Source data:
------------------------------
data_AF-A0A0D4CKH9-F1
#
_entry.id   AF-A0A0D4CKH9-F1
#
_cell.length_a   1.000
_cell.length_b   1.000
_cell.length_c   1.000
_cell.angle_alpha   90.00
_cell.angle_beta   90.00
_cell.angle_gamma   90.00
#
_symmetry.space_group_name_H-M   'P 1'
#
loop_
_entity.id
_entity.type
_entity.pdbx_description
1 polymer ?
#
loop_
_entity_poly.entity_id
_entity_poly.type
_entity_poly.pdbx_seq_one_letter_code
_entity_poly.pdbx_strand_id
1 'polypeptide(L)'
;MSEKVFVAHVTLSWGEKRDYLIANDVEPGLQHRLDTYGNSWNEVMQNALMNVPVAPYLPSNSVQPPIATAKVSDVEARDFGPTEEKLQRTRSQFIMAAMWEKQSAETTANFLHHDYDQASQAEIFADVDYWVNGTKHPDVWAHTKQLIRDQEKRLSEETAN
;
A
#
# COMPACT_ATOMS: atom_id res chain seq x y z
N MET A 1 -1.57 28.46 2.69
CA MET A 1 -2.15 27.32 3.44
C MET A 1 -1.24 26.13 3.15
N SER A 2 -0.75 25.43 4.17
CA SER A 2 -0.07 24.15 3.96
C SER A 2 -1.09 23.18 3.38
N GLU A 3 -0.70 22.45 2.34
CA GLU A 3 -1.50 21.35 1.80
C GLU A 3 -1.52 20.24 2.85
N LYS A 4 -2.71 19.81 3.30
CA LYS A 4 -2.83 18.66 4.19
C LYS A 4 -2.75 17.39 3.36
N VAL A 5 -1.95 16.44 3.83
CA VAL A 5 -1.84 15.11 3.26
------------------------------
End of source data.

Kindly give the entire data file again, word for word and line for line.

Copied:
data_AF-A0A0D4CKH9-F1
#
_entry.id   AF-A0A0D4CKH9-F1
#
_cell.length_a   1.000
_cell.length_b   1.000
_cell.length_c   1.000
_cell.angle_alpha   90.00
_cell.angle_beta   90.00
_cell.angle_gamma   90.00
#
_symmetry.space_group_name_H-M   'P 1'
#
loop_
_entity.id
_entity.type
_entity.pdbx_description
1 polymer ?
#
loop_
_entity_poly.entity_id
_entity_poly.type
_entity_poly.pdbx_seq_one_letter_code
_entity_poly.pdbx_strand_id
1 'polypeptide(L)'
;MSEKVFVAHVTLSWGEKRDYLIANDVEPGLQHRLDTYGNSWNEVMQNALMNVPVAPYLPSNSVQPPIATAKVSDVEARDFGPTEEKLQRTRSQFIMAAMWEKQSAETTANFLHHDYDQASQAEIFADVDYWVNGTKHPDVWAHTKQLIRDQEKRLSEETAN
;
A
#
# COMPACT_ATOMS: atom_id res chain seq x y z
N MET A 1 -1.57 28.46 2.69
CA MET A 1 -2.15 27.32 3.44
C MET A 1 -1.24 26.13 3.15
N SER A 2 -0.75 25.43 4.17
CA SER A 2 -0.07 24.15 3.96
C SER A 2 -1.09 23.18 3.38
N GLU A 3 -0.70 22.45 2.34
CA GLU A 3 -1.50 21.35 1.80
C GLU A 3 -1.52 20.24 2.85
N LYS A 4 -2.71 19.81 3.30
CA LYS A 4 -2.83 18.66 4.19
C LYS A 4 -2.75 17.39 3.36
N VAL A 5 -1.95 16.44 3.83
CA VAL A 5 -1.84 15.11 3.26